It was quite amazing. I have always been shaved using an ordinary safety razor because I move my head too much to use anything else. The idea of using an old fashioned cut throat razor was almost suicidal. Today though, the heat of India meant I was relaxed enough for me to have a proper old fashioned shave, and for the first few cuts the barber was able to shave me comfortably. After that he got an assistant to hold my head still, but even so I was calm and relaxed enough to come out of the shop without spilling any blood.
That in itself would have been worthy of a blog entry, but this afternoon was even more special. The Taj Mahal is surely one of the wonders of the world. It is sublimely beautiful, although it must be said there were too many stairs so I could not get around in my chair. I had to climb a flight of extremely steep stairs, but it was well worth the effort: I have never seen a more beautiful building, and the view from the top terrace was staggering. What a monument for a man to build for his fourteenth wife.
Not a bad day at all, then. Yet perhaps the most touching moment for me was when, as John, Anna and me were walking up to the mighty building, we passed a family with a guy with severe cerebral palsy. He was about my age I guess,  but had no obvious way to communicate. I made a point of saying hi to him, and the look on his face when he realised I was addressing him directly was incredible. I don’t think he gets spoken to that very often, people with his level of disability being very rare here; I think being addressed as a normal human being was quite a novel experience for him, but one I was happy to facilitate.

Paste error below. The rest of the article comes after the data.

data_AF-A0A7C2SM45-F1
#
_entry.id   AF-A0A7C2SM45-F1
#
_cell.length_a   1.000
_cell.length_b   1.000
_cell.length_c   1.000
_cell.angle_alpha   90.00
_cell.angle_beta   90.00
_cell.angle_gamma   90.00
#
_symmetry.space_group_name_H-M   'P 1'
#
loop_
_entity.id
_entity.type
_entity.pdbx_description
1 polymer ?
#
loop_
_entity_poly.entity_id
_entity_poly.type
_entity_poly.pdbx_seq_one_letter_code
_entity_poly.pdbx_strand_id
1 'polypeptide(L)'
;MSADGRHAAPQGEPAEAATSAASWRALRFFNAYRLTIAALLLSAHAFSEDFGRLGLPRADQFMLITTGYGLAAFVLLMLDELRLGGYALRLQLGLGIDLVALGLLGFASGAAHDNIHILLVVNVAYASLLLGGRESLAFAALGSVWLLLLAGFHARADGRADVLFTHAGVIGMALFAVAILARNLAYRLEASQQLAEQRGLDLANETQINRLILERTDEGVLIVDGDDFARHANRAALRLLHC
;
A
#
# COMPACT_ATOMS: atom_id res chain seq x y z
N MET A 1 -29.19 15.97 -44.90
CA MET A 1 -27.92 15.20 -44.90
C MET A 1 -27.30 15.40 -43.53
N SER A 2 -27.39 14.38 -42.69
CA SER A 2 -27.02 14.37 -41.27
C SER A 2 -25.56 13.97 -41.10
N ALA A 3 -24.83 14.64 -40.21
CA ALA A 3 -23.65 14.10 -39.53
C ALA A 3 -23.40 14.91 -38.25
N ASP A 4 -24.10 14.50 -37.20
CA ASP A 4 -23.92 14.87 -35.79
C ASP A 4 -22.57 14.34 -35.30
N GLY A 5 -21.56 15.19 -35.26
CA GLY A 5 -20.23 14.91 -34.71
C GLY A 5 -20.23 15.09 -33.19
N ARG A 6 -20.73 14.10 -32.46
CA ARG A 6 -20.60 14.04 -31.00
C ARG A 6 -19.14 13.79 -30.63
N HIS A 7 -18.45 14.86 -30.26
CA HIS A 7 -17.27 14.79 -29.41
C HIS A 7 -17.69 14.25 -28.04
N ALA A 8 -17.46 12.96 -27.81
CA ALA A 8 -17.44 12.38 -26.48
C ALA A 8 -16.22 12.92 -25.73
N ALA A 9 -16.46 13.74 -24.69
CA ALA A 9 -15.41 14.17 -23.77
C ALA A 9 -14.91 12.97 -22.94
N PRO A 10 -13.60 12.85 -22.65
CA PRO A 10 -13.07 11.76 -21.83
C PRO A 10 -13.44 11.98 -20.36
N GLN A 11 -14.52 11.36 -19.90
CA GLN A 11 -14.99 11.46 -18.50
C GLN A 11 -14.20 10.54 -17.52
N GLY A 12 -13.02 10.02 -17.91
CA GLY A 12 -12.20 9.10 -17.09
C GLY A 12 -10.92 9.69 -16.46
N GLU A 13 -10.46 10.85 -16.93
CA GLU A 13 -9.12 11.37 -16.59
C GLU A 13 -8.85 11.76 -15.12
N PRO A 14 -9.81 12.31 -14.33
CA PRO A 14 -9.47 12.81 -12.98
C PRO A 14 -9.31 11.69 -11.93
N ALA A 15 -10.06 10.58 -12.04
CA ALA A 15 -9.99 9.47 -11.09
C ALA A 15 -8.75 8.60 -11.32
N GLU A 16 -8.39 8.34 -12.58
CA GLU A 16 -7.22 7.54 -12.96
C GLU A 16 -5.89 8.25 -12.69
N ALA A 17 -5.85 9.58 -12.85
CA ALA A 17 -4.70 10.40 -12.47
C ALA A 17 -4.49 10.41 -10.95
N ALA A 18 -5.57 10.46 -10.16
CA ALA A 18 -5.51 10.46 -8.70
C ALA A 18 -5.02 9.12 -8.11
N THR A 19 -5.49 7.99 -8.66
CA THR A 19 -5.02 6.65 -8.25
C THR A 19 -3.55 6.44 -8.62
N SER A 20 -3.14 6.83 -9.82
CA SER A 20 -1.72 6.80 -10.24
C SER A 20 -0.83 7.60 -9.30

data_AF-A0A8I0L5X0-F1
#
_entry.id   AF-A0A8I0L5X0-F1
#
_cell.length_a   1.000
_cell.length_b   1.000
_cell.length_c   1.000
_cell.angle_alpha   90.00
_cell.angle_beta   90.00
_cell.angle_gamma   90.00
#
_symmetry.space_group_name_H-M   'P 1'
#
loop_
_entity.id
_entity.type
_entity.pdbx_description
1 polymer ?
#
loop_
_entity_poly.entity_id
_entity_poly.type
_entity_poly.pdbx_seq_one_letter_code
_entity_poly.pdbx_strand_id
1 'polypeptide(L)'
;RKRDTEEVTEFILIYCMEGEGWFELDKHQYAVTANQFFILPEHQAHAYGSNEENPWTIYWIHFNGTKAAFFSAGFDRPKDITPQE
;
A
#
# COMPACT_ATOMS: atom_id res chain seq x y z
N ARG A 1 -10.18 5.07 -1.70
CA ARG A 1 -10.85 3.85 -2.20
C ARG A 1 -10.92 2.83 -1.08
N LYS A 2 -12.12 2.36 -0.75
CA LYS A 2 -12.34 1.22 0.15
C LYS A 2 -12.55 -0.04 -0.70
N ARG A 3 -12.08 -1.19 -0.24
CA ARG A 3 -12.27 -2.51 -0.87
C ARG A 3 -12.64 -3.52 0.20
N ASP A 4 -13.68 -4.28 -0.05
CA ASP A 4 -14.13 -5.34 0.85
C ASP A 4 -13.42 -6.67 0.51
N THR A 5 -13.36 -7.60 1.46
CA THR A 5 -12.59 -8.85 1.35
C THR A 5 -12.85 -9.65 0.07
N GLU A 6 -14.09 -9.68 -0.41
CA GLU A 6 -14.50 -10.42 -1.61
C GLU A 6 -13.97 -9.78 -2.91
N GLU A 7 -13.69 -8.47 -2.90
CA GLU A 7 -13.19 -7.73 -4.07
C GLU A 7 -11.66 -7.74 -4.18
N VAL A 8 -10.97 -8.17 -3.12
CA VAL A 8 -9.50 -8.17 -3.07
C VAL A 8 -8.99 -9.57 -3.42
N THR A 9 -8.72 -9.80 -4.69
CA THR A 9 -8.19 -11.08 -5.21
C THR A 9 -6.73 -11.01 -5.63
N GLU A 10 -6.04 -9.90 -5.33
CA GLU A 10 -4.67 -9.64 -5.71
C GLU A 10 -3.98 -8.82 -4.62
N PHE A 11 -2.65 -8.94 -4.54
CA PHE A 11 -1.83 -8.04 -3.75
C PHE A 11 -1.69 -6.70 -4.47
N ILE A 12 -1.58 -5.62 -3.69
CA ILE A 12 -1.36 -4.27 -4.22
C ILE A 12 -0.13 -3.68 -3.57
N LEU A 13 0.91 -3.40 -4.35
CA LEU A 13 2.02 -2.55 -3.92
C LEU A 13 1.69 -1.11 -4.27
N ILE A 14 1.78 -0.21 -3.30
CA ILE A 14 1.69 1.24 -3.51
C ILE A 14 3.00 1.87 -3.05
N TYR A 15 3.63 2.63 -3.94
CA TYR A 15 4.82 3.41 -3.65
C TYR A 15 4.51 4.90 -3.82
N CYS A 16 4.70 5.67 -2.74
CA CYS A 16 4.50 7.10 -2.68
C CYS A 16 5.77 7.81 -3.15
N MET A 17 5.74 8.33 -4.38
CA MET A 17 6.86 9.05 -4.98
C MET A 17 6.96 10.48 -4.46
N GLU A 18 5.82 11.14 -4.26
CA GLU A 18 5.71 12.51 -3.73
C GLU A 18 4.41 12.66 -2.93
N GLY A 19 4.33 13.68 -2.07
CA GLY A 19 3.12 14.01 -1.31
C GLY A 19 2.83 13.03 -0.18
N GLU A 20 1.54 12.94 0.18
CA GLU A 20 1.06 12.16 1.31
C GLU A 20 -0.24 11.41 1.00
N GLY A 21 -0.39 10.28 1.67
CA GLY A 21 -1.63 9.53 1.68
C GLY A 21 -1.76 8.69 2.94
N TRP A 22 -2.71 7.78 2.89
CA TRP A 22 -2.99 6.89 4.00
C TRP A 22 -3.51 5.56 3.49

Mistaking serenity for chaos

Late yesterday afternoon I realised something astonishing. We were walking along a bustling Delhi street: at first glance it seemed like total chaos, with cars, motorbikes and tooktooks hurtling here,  there and everywhere. Drivers seemed to just go wherever they pleased, and the idea that there were actually rules to obey seemed ridiculous. But then I realised, nobody was getting angry. In London, I would expect such a situation to be accompanied by intense fury, with drivers hurling all kinds of obscene abuse at each other; but here, everyone was totally calm. What at first I took to be chaos was in fact serenity: drivers waited patiently as people cut in front of them, as if they expected it, as if it was just part of driving. Horns were hooted liberally, not as a form of aggression but merely to alert other drivers of ones existence. That realisation was incredible to me, and it made my jaw drop. They may have been going all over the place, but nobody was getting hurt or injured or angry. It was utterly amazing, and it struck me that we could all learn from it.